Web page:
President-elect Joseph R. Biden Jr. has made building a diverse team a priority. He is also facing pressure from the progressive wing of his party to limit corporate influence over hires for his administration, avoiding candidates on Wall Street or company boards. But some business leaders suggested to the DealBook newsletter that narrowing the pool of candidates in this way would not help create a more representative administration.
“Big companies are here to help,” said Ronald C. Parker, CEO of the National Association of Securities Professionals. Women and people of color in business are having “a unique experience that lends itself to be heard,” he said. This week, the NASP and seven other trade groups sent a letter to Mr Biden urging him to prioritize diversity in key economic policy positions and to “reject blanket exclusion requests from potential candidates with a experience in the corporate sector or in the field of financial services in particular. . “
Roger W. Ferguson Jr., one of the most prominent black executives in the financial industry, recently announced his retirement as CEO of TIAA. He is said to be on the Treasury Secretary’s shortlist and is getting the backing of Mr Parker.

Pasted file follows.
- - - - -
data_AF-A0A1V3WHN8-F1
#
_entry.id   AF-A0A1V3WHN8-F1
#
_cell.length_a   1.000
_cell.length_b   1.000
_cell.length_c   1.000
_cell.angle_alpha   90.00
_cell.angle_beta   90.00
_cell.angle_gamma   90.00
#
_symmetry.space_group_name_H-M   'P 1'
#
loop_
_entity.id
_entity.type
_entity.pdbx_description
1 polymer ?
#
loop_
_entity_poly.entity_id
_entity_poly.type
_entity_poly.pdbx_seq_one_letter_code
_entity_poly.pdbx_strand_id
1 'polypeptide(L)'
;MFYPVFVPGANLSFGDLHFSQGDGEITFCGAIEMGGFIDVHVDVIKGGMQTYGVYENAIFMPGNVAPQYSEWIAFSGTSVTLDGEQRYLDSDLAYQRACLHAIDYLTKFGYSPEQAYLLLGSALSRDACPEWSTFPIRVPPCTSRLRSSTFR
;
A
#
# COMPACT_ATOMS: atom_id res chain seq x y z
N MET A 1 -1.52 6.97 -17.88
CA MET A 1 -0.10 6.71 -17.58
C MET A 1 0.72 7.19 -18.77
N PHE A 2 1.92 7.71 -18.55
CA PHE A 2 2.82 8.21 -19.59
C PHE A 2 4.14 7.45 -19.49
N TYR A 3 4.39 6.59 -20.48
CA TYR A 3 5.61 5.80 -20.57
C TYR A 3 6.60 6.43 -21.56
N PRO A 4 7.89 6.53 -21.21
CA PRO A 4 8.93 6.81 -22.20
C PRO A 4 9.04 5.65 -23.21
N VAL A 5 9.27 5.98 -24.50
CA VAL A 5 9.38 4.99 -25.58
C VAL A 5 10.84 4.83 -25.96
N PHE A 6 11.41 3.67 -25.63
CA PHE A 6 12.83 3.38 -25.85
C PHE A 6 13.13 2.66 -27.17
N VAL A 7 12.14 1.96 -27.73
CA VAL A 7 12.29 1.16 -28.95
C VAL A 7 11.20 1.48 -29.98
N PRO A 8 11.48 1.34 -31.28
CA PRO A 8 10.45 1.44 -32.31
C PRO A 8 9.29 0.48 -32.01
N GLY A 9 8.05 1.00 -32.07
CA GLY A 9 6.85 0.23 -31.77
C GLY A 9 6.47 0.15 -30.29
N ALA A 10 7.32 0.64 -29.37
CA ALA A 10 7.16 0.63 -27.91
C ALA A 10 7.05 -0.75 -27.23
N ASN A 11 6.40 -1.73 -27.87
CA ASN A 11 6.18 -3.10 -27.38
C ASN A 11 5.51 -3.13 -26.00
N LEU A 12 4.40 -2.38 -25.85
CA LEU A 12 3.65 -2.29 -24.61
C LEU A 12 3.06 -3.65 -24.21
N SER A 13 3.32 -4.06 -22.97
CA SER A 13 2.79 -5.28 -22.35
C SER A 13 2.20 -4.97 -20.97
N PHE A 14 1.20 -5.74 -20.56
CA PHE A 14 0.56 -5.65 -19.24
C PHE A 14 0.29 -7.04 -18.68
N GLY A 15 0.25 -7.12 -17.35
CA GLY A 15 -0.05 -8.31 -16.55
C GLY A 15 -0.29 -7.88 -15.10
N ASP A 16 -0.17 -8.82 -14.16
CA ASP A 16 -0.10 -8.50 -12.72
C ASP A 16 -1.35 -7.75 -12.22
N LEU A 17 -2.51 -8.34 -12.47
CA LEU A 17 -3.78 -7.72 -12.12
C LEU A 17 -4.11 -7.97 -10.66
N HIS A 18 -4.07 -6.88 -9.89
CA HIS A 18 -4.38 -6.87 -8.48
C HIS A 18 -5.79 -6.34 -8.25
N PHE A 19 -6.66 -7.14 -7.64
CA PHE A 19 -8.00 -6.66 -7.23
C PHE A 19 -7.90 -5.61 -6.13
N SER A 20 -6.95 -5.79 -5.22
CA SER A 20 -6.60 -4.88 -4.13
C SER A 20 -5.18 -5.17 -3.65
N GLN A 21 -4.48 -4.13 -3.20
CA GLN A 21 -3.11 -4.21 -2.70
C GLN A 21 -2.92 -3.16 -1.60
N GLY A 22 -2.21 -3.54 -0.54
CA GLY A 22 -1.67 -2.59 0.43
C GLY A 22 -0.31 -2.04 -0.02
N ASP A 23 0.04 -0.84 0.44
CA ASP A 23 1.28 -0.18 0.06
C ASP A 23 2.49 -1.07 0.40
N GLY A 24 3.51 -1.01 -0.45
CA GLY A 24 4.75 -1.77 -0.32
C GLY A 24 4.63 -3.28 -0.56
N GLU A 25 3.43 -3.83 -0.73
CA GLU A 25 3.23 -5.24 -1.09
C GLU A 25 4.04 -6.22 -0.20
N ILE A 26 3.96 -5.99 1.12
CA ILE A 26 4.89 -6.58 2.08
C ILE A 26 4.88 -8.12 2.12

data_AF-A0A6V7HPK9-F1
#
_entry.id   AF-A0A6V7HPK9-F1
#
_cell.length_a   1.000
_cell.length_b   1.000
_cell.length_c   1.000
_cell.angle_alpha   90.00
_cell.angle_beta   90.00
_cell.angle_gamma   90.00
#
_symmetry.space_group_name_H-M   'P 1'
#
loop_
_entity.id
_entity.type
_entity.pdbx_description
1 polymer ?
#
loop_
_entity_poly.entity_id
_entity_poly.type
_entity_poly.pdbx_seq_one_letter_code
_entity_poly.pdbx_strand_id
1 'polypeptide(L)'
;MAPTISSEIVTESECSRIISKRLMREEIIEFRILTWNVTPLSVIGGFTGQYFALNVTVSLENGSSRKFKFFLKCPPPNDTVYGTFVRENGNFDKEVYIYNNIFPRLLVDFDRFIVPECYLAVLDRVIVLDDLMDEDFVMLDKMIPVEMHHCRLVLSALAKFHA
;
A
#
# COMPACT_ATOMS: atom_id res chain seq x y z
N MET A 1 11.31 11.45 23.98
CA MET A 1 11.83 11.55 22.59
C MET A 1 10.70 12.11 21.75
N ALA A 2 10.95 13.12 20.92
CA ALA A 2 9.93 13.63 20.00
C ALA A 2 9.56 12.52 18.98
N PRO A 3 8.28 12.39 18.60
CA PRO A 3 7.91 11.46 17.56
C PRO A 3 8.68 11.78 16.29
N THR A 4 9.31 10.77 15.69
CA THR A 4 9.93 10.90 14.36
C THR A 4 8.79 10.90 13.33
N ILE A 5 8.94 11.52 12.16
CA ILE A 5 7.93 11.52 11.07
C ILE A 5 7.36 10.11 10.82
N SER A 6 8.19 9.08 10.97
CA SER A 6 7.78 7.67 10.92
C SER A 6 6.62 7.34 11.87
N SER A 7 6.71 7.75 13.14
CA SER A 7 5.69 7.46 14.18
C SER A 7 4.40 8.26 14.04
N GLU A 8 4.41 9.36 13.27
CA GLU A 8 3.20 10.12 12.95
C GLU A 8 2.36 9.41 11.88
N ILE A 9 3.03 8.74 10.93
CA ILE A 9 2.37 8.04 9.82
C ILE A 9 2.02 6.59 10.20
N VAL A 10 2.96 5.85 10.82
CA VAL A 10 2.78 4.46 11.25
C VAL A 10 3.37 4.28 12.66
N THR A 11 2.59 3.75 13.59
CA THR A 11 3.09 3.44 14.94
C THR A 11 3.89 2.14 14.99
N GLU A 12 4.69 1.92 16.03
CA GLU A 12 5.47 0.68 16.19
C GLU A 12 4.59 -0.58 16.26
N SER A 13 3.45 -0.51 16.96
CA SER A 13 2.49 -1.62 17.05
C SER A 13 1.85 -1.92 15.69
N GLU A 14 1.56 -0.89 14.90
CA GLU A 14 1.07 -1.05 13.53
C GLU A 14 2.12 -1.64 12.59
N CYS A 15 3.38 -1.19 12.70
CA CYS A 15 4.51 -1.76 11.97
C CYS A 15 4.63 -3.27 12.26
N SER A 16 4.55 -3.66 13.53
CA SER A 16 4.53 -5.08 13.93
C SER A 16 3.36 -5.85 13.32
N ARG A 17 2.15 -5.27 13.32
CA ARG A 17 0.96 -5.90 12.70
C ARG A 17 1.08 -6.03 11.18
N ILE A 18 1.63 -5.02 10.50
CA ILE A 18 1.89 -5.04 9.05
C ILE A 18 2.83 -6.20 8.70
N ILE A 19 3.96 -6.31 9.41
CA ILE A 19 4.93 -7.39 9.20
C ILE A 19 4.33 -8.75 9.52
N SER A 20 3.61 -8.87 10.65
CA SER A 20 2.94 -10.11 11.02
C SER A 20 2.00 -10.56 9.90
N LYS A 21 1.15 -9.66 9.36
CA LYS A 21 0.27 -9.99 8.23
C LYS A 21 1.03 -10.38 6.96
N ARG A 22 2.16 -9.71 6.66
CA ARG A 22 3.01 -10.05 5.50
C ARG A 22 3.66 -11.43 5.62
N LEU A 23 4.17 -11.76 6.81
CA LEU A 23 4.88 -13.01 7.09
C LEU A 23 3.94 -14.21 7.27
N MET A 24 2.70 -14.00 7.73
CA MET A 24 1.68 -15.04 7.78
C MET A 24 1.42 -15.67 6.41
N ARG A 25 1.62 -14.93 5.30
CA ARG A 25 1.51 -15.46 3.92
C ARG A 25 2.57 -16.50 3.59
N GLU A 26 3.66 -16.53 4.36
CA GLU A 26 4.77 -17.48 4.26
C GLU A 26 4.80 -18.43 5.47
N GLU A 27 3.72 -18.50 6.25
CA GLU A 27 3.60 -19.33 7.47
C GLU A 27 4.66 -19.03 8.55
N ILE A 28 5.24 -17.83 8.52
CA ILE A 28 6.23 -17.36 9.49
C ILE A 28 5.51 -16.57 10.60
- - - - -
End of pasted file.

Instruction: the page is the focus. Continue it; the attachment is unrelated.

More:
According to a report by Chris Brummer of the Georgetown Institute for International Economic Law, only 10 of 327 federal financial agency appointments requiring confirmation from Congress over the years have been black. Earlier this month, Mr. Brummer was named a member of Mr. Biden’s Treasury Department advisory review team.
The barrier to more diverse hiring “isn’t the skill set, it’s the relationships,” said Petal P. Walker of law firm WilmerHale, former chief advisor to the Commodities Futures Trading Commission. People tend to hire whoever they golf or drink with, she says, so it takes “intentional action” to break down established cliques.
Calls to reject corporate nominations ignore U.S. history, said Paul Thornell, former Senate and White House staff member of lobbying firm Mehlman Castagnetti. The generational wealth gap created by a long history of discrimination leaves fewer people of color able to afford to take government or nonprofit jobs. “Far-left groups are issuing executive orders,” he said, “but these do not reflect the realities of the American experience or of inequality, the racial wealth gap, and may s ” being counterproductive in diversifying administration and implementing policies that work for all Americans. “